No need to be paranoid.
No need to be paranoid.
When online accessing a banking site or any other application containing sensitive data, make sure you log out of the site and THEN close your browser. If you simply close your browser, some of the session information that a hacker can use to gain entry is still running in the background.
Here’s a tip that just might save your bacon: Set up withdrawal alerts on your bank accounts. Many banks will send you an e-mail alert whenever money is withdrawn from your account via check, debit card or transfer. Setting up those alerts will allow you to spot and report fraudulent activity BEFORE the money has already been siphoned into a cybercriminal’s hands.
Like it or not, device manufacturers LOVE to stuff your brand-new PC, tablet or phone full of “free” applications (they get paid to do it, so you’ve got a slim chance of getting one without a side of spamware). But clutter is the enemy of a speedy PC, and outdated apps are a breeding ground for hackers; so if you’re not using a particular software on a regular basis, it’s best to REMOVE it completely.
There are thousands of hackers who get up every morning with ONE goal in mind: to find a new vulnerability in a commonly installed software (like Adobe, Flash, or QuickTime) to access your computer. That’s why these companies frequently issue patches and updates for KNOWN security bugs; and once a KNOWN vulnerability is announced via a patch, hackers get to work like crazy trying to figure out how to use the vulnerability and access those users who are lazy about installing updates.
These last 2 weeks we have seen what amounts to be a new PHISHING technique targeting small businesses and their firewalls. The email looks to be from a valid vendor that you may or may not have employed in the past. It requests information about your firewall IP address, or asks you to create a hole in your firewall (a "whitelist").
If you give this access, you're opening yourself up to a wide attack.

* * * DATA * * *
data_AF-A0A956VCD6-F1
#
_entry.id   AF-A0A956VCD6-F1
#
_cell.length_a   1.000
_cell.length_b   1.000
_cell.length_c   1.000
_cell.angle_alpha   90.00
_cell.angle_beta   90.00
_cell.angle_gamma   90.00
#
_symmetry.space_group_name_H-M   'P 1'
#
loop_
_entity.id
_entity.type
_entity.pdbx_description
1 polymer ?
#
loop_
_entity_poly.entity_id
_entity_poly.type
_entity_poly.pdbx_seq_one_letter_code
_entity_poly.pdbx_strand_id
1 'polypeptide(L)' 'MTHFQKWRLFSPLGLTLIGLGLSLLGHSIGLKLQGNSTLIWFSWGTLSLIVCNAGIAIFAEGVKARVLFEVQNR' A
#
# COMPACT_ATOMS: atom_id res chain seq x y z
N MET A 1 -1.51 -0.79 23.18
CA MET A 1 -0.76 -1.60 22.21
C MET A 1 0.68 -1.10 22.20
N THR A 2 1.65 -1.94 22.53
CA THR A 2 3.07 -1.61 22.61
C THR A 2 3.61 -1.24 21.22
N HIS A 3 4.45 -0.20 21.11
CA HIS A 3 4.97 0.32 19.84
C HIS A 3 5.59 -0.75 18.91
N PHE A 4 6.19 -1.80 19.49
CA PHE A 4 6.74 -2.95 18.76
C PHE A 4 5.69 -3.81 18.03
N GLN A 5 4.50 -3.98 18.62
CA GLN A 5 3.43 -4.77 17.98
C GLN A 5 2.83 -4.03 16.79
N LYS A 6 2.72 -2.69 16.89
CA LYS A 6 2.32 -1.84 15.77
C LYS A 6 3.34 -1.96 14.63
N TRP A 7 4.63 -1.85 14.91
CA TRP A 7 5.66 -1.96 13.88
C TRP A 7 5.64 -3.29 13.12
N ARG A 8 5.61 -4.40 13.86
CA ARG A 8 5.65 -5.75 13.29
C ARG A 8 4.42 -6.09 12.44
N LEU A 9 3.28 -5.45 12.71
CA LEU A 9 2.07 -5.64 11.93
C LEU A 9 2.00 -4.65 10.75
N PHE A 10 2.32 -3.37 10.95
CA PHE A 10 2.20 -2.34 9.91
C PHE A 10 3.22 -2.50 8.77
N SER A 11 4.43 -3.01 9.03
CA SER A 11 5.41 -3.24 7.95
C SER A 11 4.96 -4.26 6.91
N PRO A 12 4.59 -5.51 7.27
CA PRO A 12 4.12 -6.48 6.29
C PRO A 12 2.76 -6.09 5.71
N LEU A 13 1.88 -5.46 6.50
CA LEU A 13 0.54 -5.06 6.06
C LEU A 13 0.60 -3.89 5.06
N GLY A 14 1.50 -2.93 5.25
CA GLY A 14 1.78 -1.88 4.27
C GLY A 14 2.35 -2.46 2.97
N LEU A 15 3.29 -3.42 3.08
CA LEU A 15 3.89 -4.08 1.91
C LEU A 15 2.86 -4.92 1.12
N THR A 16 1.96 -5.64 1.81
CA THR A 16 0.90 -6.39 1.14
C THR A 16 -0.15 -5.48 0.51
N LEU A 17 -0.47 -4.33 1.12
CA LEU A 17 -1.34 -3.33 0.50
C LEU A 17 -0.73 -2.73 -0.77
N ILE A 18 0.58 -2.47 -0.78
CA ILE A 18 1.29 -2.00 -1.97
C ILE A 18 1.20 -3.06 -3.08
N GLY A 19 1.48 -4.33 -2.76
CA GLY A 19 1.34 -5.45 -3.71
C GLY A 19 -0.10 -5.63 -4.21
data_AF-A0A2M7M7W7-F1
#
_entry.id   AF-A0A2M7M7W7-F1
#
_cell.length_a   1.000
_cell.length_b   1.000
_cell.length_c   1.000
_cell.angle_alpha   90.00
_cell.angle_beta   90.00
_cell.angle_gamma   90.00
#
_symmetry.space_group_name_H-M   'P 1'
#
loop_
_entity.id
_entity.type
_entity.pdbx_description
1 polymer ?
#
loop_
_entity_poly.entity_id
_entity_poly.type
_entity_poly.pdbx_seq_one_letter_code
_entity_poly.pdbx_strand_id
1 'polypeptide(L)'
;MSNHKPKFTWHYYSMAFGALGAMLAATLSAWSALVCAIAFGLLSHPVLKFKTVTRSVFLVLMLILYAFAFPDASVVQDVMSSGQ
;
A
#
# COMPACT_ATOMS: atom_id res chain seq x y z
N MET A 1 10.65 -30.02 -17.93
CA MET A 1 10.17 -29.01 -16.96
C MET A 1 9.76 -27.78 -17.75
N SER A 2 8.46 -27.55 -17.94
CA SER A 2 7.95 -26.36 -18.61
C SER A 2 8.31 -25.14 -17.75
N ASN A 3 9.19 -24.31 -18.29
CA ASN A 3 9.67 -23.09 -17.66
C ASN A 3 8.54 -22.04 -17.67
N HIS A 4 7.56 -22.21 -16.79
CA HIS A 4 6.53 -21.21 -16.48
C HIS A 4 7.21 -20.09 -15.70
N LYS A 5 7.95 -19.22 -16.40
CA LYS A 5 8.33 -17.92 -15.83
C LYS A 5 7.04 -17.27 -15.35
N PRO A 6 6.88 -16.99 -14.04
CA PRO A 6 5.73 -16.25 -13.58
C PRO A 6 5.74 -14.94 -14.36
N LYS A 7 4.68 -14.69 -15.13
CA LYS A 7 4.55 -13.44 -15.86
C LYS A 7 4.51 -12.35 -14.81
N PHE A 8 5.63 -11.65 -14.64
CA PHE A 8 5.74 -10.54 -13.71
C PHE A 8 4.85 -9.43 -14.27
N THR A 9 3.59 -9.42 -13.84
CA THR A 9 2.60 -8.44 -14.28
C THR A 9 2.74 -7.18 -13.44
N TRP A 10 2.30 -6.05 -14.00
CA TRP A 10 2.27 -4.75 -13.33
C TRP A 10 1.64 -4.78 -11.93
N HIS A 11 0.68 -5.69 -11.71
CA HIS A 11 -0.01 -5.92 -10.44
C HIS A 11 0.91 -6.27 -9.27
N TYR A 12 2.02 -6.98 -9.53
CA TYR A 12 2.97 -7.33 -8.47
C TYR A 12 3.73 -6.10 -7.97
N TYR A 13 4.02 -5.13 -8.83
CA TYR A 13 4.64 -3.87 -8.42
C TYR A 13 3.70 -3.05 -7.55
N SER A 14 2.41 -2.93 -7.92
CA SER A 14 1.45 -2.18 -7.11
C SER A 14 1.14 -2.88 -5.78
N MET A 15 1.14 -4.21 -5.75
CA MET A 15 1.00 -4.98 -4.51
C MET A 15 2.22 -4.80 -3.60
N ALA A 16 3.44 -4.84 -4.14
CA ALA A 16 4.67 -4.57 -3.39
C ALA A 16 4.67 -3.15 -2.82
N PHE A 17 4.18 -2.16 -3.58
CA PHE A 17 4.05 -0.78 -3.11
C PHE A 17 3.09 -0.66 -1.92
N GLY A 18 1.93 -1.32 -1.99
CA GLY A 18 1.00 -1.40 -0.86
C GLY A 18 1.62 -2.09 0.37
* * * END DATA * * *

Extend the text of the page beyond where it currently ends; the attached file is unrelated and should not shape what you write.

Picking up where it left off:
Most of your employees have wireless networks set up in their homes. Unlike your business wi-fi, many home users are lax about creating secure wireless networks – leaving a backdoor open to hackers. Wi-fi signals often broadcast far beyond your employees’ homes and out into the streets.
When employees work from home, they need access to important company files. It’s easy to look at consumer-grade, cloud file sharing solutions like Dropbox, OneDrive, and Google Drive. But listen up!
These applications pose a huge threat to your company because company data can be spread far and wide without central oversight of what information is being shared with whom.
Here's a sneaky trick used by many hackers: they purchase and set up a fraudulent website that is a close misspelling of a legitimate one. Example: www.faceboook.com (extra "o") or www.dropbox.net (instead of .com). All you have to do is accidentally fat-finger ONE letter in the URL and up pops a very legitimate-looking fake copy of the site you were trying to get to - and the login and links are full of keylogger malware and virus landmines waiting for you to click on them.
A phishing e-mail is a bogus e-mail that is carefully designed to look like a legitimate request (or attached file) from a site you trust in an effort to get you to willingly give up your login information to a particular website or to click and download a virus.